There are three main ways to take a cutting that can be grown in water:
Some aroids can be propagated by taking a cutting that includes leaf stems. I’ve successfully propagated pothos in water, and if the picture at the top of this post can be believed you can do it with Monstera Deliciosa too.
I’ve personally always soil-propagated Monstera, for no reason other than to make my plant look fuller. It takes a long time to settle in, but I’ve never lost one.
As I mentioned before, String of Hearts are super easy to propagate from leaf nodes. It’s very quick too – I’m talking half a cm or more of root growth in a week. Great for beginners or a project for kids.
Pilea Peperomiodes is pretty easy and satisfying to propagate too.
Experimentation with Philodendron brasil (I’m basically a scientist at this point) yielded interesting results – the quickest way to root them is to add nutrients to the water (I used GH Flora series).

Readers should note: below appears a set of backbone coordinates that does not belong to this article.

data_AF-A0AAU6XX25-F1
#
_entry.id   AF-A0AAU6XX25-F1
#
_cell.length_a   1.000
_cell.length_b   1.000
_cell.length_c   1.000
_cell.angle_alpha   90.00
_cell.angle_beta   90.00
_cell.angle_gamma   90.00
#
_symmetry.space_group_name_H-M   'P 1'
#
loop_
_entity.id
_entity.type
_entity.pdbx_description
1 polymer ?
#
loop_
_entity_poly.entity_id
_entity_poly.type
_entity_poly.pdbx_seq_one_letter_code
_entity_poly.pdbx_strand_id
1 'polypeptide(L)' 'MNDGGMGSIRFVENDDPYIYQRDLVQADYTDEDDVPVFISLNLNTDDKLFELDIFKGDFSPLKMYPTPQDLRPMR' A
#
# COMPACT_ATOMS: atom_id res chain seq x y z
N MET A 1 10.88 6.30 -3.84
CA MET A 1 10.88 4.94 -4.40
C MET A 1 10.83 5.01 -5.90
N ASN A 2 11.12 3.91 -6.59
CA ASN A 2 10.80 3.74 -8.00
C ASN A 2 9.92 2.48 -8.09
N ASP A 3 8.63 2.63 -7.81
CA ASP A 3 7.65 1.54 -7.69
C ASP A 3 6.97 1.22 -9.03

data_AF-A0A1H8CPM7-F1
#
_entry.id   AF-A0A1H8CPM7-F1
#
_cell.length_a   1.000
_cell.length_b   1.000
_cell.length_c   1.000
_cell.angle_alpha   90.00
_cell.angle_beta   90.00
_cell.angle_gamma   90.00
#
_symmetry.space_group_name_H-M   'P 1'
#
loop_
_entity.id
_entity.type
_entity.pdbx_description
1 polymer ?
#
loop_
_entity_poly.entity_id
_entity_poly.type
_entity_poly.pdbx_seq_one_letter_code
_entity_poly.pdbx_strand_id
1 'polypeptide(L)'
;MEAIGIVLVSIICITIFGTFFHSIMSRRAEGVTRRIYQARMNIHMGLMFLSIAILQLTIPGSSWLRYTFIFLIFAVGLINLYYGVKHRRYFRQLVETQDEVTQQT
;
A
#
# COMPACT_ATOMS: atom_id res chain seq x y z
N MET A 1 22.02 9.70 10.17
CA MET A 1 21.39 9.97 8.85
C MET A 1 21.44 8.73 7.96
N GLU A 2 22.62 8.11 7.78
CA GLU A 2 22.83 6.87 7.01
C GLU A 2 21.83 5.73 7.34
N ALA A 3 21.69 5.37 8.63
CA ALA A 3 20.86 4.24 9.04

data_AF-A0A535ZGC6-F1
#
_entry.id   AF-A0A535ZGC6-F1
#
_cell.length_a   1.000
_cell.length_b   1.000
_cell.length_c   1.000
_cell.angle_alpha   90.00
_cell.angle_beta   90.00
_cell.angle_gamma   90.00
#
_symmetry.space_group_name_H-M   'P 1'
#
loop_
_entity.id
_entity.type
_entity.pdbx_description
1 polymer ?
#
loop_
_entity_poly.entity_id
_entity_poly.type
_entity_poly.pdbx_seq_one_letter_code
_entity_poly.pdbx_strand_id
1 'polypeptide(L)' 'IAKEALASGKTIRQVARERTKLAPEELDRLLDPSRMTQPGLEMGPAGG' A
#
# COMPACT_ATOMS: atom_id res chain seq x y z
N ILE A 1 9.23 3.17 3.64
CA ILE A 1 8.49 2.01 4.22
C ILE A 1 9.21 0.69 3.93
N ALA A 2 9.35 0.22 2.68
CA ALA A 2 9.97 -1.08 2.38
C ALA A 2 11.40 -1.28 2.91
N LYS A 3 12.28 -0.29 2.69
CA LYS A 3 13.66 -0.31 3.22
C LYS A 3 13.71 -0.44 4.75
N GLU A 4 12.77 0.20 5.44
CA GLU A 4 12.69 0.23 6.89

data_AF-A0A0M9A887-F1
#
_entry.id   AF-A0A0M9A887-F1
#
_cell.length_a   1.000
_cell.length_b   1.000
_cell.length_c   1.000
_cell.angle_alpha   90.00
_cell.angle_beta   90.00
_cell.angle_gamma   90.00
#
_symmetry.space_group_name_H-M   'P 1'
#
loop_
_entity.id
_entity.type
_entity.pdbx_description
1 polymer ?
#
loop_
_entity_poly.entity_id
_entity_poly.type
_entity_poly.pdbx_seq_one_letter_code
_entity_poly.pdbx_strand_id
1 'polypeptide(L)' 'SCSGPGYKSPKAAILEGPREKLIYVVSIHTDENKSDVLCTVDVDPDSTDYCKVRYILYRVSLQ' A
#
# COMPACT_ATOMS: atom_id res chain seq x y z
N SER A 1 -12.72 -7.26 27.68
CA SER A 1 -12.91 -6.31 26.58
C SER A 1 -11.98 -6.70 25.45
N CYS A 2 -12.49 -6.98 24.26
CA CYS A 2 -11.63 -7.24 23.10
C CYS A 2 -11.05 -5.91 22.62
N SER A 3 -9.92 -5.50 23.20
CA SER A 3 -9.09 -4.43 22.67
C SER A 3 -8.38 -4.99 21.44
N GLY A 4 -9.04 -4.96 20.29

All the new roots came from the aerial roots, but the second fastest medium, water + Superthrive, had the roots coming directly from the stem.
I’ve only tried to propagate from leaves thrice (and I currently have one on the go), but two out of three worked, which according to Meatloaf ain’t bad.
The first was a Peperomia Piccolo Banda which I kind of did by accident. It dropped a leaf whilst I was repotting it and I stuck it in water, never really thinking it would grow BUT IT DID. It even grew little leaves underwater.
If you cut the leaf of a snake plant, then cut a triangle out of the bottom of the leaf (so it has two little prongs) then they propagate faster. It works pretty well!
I think they’re all the same thing.
Some plants are kind enough to produce babies without any interference from us at all. Then it’s simply a case of gently removing the pup from its mother and putting it in water.
A lot of cacti produce pups, and so do Pilea Peperomioides, Alocasia, and various others.